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      Student Perceptions of Academic Service Learning in the Online Public Health Classroom: A Pilot Study

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          Introduction: Online learning is increasingly common in university programmatic offerings, particularly in fields that often require human or social services such as public health. Academic Service Learning (ASL) is a strategy frequently implemented in traditional, face-to-face courses to promote community and civic engagement and to improve learning outcomes for students by connecting coursework to the related professional field. Given the ubiquity of online courses, however, more needs to be known about the role ASL can play in the web-based classroom. Methods: In 2016-2017, a pilot study was conducted to determine student perceptions toward ASL including civic engagement, course satisfaction, and satisfaction with ASL experiences using a mixed-methods design. Participants (n=32) were students enrolled in two health related undergraduate courses that required a service learning project. Results: The findings suggest that students’ ASL experience is generally positive and is expressed in a variety of ways. There are several challenges, to implementing ASL in the online course setting that should be considered. Conclusions: This paper presents student feedback and explores challenges and opportunities presented by offering ASL experiences in the online classroom, particularly in health and human services academic disciplines. Keywords: Academic Service Learning, Online Learning, Online Andragogy, Public Health Education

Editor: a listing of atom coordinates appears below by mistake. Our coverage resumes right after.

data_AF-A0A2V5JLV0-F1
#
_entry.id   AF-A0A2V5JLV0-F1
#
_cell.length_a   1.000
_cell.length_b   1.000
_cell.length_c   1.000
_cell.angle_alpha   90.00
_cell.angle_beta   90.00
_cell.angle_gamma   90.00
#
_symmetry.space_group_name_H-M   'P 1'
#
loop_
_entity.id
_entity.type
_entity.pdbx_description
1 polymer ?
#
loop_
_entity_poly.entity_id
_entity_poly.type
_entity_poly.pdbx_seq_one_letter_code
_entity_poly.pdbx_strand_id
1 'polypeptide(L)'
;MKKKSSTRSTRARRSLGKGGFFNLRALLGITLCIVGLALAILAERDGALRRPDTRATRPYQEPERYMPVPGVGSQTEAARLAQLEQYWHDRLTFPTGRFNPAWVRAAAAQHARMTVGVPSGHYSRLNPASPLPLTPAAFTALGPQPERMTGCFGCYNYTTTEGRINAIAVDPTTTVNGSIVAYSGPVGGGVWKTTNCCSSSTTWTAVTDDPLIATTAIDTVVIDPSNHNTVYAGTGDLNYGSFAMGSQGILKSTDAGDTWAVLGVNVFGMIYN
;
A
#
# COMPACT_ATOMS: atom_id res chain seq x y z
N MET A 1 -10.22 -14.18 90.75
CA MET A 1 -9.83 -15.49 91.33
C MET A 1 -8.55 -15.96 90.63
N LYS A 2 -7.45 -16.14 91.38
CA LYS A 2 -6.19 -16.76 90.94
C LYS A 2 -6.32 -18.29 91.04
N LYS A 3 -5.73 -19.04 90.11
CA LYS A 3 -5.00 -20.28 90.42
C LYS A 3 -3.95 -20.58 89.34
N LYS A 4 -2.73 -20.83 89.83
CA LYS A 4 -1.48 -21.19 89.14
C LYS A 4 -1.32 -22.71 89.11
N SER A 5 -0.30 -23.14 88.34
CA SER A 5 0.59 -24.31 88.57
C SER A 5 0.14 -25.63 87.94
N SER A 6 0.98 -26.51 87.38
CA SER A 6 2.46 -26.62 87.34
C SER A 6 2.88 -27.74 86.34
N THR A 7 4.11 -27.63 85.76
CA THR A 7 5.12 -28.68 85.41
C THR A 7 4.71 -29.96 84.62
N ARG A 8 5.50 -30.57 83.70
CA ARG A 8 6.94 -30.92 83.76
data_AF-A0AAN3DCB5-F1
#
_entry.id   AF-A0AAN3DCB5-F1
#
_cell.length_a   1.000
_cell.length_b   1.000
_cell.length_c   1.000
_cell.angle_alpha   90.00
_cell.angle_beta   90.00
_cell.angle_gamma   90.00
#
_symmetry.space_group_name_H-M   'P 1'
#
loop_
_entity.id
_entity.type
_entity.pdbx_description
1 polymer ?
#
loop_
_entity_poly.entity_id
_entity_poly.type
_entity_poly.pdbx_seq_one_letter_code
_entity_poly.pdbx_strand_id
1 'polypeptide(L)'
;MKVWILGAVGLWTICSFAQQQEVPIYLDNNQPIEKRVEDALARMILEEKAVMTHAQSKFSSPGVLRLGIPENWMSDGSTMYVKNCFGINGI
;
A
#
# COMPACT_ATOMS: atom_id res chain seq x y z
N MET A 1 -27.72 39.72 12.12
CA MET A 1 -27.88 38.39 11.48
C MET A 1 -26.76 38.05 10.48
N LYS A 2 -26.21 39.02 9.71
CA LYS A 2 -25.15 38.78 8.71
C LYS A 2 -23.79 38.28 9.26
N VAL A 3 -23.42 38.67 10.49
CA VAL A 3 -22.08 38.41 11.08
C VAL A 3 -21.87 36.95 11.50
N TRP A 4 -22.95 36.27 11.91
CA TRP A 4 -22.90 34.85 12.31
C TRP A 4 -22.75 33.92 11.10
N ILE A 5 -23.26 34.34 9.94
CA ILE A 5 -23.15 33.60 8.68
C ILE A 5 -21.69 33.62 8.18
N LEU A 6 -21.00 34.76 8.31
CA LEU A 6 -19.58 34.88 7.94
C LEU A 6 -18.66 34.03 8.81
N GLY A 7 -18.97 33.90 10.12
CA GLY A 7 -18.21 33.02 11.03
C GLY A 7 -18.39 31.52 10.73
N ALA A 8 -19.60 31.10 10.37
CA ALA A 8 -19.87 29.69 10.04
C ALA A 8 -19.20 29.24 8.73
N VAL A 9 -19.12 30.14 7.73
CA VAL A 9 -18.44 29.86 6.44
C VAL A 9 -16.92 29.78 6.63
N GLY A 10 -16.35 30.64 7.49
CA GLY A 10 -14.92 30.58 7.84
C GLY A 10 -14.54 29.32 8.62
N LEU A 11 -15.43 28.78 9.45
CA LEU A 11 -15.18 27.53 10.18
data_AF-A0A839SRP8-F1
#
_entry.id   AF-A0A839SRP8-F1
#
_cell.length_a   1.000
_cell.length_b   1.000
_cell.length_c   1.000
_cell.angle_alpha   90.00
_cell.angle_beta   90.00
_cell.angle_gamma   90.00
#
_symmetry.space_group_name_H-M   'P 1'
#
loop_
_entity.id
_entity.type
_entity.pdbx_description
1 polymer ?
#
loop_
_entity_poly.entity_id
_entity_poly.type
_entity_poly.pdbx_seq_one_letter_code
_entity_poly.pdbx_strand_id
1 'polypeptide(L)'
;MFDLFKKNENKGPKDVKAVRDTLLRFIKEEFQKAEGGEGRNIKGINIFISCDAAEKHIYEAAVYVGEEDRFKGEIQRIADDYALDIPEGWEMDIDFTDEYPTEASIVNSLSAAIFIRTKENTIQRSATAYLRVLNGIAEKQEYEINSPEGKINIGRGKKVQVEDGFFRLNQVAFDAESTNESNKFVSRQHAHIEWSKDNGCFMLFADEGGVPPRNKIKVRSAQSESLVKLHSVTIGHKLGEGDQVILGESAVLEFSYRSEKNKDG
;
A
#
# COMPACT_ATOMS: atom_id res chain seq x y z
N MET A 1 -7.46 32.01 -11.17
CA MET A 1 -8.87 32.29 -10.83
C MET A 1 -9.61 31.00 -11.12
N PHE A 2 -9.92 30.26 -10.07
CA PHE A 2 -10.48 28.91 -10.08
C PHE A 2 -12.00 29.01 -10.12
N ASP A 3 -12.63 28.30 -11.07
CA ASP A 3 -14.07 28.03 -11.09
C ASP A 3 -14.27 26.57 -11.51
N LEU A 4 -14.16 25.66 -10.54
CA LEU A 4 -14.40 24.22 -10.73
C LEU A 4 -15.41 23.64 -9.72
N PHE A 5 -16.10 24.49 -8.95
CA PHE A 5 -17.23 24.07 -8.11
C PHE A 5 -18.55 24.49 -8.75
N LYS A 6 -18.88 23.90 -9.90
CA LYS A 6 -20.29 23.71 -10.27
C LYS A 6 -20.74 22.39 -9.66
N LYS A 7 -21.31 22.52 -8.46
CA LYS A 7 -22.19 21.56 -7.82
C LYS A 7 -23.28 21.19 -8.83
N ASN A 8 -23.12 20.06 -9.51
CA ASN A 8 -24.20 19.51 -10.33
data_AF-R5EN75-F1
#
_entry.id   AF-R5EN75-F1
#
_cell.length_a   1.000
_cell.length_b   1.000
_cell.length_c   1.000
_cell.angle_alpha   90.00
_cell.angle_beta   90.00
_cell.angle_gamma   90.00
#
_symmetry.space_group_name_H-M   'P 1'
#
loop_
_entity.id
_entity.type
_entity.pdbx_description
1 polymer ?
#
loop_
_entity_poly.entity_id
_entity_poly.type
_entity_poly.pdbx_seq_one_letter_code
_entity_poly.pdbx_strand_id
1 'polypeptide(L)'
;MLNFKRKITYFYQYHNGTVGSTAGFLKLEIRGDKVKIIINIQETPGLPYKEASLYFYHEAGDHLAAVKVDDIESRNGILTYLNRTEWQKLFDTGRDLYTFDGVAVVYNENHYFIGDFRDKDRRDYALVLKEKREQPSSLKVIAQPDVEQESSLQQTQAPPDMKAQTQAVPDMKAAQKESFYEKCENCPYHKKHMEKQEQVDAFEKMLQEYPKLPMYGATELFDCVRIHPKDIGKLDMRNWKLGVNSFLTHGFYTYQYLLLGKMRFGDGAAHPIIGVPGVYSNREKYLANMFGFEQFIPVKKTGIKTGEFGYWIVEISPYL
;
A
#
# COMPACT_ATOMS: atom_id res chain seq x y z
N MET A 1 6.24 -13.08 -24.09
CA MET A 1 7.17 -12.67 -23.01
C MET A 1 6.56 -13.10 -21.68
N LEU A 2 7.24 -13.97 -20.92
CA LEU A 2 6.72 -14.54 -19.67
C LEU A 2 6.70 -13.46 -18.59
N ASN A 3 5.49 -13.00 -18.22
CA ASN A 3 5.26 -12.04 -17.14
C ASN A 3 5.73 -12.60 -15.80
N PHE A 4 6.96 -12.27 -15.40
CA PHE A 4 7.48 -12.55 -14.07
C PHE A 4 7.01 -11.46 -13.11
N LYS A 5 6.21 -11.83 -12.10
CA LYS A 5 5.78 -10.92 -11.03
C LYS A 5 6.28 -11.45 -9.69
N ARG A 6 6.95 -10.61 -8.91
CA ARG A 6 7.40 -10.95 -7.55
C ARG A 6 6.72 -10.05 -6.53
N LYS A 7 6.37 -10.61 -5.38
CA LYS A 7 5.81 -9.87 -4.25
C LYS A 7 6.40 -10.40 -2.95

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          Author and article information

          Spotlight on Exploratory Research in Health
          Exploratory Research in Health
          Spotlight on Research
          August 29 2019
          [1 ]Central Washington University, Department of Health Sciences
          [2 ]Central Washington University, Department of Health Science
          © 2019

          The license https://creativecommons.org/licenses/by-nc/4.0/ lets others remix, adapt, and build upon the work non-commercially, and although their new works must also acknowledge the source and be non-commercial, they don’t have to license their derivative works on the same terms.


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